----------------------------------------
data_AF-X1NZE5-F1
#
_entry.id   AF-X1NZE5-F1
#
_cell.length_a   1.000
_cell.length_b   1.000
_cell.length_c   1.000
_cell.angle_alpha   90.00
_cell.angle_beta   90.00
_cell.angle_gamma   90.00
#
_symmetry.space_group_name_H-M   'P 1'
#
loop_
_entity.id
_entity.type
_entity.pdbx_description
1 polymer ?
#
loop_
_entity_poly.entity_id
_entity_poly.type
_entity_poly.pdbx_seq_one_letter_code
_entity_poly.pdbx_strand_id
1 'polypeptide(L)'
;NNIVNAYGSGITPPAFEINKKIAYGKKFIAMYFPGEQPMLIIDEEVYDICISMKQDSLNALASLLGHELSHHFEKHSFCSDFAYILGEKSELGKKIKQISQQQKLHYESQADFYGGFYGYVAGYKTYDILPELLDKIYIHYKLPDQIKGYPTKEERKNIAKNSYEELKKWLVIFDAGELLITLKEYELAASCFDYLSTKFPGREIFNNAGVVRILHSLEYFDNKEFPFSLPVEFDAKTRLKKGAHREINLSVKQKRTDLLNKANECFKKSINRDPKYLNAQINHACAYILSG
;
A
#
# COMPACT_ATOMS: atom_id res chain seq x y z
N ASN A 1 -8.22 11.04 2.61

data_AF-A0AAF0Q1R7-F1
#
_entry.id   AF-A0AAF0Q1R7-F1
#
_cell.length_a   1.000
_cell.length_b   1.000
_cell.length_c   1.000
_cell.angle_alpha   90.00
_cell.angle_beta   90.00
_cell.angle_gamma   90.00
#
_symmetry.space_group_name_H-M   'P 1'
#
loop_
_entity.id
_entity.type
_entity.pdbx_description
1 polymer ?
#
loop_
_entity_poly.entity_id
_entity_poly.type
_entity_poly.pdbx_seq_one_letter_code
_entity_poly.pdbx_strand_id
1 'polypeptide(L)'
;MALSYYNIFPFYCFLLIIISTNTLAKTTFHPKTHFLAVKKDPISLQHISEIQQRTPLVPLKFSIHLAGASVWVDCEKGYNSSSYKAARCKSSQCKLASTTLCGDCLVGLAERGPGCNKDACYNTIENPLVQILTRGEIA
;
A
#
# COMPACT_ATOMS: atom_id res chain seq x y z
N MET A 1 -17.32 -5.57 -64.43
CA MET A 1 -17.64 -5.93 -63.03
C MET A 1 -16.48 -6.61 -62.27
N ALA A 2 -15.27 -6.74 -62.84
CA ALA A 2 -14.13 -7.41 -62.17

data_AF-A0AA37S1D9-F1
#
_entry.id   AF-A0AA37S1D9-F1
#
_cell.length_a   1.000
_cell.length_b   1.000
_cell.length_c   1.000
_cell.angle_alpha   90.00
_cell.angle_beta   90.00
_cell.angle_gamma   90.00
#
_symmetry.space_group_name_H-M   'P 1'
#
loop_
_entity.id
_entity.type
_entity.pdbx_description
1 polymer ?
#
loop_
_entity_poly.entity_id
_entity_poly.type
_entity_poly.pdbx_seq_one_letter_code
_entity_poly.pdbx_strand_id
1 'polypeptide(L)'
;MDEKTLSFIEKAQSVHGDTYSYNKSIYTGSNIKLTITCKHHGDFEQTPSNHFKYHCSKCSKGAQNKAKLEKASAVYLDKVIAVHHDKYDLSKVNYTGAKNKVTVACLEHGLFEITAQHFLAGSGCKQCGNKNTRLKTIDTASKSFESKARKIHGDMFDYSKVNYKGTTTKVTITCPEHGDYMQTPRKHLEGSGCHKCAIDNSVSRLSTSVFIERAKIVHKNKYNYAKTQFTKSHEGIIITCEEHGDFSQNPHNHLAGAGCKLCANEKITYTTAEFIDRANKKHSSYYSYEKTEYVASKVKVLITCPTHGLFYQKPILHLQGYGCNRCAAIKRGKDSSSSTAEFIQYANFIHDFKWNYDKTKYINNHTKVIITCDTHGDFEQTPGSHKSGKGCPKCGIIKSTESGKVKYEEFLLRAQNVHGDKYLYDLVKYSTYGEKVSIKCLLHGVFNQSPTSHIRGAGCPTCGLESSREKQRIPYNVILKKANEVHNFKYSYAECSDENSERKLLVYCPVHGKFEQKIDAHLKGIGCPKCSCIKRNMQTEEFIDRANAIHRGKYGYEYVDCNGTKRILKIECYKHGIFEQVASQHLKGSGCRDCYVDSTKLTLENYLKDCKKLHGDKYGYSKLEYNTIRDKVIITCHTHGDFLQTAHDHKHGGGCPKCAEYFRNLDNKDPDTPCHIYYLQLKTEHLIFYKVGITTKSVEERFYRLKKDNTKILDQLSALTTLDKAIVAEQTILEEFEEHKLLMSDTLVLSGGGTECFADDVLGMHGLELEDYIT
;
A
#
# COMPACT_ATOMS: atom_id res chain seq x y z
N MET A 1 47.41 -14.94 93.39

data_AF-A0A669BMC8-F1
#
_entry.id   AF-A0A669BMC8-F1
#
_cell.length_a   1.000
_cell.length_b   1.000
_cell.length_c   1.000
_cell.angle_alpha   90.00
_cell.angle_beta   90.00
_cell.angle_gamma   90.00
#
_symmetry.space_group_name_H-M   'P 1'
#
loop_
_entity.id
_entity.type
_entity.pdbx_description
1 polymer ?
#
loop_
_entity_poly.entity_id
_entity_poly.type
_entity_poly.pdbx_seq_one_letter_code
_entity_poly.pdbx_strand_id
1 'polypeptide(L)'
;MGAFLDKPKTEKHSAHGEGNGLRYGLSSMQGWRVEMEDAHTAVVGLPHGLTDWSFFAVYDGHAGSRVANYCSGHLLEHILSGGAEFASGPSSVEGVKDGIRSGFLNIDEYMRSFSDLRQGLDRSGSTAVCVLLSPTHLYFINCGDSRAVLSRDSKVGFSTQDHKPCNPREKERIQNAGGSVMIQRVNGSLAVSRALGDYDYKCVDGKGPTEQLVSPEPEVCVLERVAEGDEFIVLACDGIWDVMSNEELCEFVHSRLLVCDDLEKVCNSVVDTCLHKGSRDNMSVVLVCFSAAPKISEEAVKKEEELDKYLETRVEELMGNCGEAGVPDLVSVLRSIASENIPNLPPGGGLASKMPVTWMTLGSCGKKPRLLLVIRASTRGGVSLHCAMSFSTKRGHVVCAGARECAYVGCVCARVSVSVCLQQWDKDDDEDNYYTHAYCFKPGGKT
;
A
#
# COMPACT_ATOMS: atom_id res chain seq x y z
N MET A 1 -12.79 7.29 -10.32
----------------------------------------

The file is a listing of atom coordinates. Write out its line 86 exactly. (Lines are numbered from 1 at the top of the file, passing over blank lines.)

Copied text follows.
loop_